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View Diary: Daily Kos Elections Morning Digest: What on earth happened to Jennifer Brunner? (314 comments)

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  •  It was even by election day both in 2000 (4+ / 0-)
    Recommended by:
    andgarden, thematt523, askew, DCCyclone

    And 2004. In the former it started out similarly to this poll. The two are of course comparable in that there is a Democrat in the White House. That being said, Gallup are notoriously volatile and lately I think they are less reliable too.

    During the 2008 campaign their tracker and Rasmussen's constantly had McCain doing better than everybody else. They then offered three different turnout models toward election day which was a massive cop-out. And then they overshot the Obama margin in their final poll.

    Their final generic ballot poll for 2010 had the GOP winning by 15 points when they actually won by 7. Newport then tried to claim such a big miss meant nothing because they were mostly right with the trajectory. This despite the fact most pollsters got pretty close to the mark. Except Rasmussen of course.

    Now look at their current approval tracker. They have Obama consistently lower than everybody but internet pollsters. Historical prestige should not be mistaken for accuracy. I think the media in particular do this with Gallup.

    “I am a man of fixed and unbending principles, the first of which is to be flexible at all times.” Everett Dirksen (R-IL)

    by conspiracy on Thu Sep 29, 2011 at 11:42:50 AM PDT

    [ Parent ]

    •  Yup, 2000 looks like an interesting comparison (2+ / 0-)
      Recommended by:
      itskevin, SaoMagnifico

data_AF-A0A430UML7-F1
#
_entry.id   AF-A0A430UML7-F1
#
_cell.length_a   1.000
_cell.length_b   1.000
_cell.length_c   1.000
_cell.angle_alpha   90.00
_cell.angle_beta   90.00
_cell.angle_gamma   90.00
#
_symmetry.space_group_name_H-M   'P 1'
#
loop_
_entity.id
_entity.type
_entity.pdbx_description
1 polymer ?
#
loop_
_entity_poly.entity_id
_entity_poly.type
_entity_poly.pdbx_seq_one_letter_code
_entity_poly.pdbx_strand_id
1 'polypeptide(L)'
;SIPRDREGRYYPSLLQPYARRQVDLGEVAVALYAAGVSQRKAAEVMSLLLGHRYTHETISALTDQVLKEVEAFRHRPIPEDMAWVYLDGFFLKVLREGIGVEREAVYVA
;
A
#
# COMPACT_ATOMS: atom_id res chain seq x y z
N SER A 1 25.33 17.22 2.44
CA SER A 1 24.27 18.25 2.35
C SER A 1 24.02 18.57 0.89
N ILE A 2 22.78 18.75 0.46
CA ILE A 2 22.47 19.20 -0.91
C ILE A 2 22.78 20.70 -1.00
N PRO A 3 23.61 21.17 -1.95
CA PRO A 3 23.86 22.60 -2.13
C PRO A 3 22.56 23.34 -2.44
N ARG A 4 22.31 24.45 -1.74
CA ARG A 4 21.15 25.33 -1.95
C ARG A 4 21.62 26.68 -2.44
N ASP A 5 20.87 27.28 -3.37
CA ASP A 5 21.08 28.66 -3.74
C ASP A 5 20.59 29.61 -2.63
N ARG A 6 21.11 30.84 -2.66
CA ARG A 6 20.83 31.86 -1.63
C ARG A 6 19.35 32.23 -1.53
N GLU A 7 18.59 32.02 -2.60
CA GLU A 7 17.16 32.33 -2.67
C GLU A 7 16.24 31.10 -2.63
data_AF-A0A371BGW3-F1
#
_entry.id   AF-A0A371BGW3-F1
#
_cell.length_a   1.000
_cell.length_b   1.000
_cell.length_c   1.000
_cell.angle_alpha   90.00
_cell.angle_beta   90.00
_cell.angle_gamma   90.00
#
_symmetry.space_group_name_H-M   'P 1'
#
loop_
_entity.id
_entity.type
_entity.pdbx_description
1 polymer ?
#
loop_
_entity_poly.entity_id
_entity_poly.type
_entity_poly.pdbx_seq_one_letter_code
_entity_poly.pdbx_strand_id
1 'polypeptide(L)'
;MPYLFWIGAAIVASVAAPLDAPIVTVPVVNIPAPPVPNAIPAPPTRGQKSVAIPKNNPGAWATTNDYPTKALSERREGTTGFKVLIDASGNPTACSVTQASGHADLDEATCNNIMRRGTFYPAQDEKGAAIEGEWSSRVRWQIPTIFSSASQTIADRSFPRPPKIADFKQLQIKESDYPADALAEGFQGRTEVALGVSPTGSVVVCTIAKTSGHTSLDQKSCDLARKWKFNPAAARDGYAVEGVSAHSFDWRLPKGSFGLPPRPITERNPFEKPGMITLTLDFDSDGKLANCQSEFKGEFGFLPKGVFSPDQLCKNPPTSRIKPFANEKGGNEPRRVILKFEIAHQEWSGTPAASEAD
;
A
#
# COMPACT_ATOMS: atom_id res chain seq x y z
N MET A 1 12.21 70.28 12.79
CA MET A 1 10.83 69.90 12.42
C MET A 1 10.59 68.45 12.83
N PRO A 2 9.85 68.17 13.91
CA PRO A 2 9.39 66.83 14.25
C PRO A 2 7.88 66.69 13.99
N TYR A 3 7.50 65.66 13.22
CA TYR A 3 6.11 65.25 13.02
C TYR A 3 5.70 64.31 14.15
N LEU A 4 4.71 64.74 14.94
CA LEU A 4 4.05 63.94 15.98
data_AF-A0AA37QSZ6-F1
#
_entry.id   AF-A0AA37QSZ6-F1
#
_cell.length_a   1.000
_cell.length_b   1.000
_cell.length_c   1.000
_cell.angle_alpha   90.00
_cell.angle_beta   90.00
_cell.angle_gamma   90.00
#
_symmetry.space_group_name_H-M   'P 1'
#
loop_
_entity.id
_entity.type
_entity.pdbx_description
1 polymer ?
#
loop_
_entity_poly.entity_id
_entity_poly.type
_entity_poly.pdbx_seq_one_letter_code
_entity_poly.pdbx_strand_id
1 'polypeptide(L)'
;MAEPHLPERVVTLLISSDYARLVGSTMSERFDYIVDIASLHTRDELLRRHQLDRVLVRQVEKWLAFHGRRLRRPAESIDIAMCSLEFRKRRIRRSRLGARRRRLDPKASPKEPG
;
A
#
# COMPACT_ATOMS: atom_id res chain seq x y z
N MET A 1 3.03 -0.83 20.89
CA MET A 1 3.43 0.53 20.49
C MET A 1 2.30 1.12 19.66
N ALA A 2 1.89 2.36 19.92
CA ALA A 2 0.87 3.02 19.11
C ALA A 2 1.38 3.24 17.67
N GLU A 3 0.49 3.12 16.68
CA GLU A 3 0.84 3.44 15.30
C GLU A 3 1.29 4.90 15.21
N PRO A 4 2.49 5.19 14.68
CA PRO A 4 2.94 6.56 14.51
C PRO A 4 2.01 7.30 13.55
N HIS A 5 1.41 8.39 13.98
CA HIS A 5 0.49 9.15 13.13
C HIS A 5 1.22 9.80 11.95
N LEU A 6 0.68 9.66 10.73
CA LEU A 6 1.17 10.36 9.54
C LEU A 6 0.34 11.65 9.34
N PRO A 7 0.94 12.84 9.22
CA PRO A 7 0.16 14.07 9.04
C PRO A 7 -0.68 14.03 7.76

And in that context, you might say that Obama is doing reasonable well.

      Ok, so I read the polls.

      by andgarden on Thu Sep 29, 2011 at 11:45:04 AM PDT

      [ Parent ]

    •  Gallup in 2000 and 2004 (1+ / 0-)
      Recommended by:
      itskevin

      may have shown the election even (and thus nearly correct) by election day, but there were a lot of detours along the way.  In 2000 their tracker jerked wildly in both directions, often because of trivia (Bush's supposed subliminal advertising, Gore's sighing in debate.)

      In 2004 it was usually more Republican than the average IIRC, which perhaps due to historical prestige, as you indicate, led the media to spin the race accordingly.  Gallup, for instance, found Kerry got no "bounce" from the Democratic convention (he actually lost a point or two according to them) and so then the media went into a spate of "no convention bounce" stories, despite other poll findings to the contrary.  And in mid-September they pulled out a joker in which Bush had a 54-40 or so lead (others had Bush ahead at that point, but not by nearly that much) and the media drooled for days over the massive Bush landslide that was supposedly imminent.

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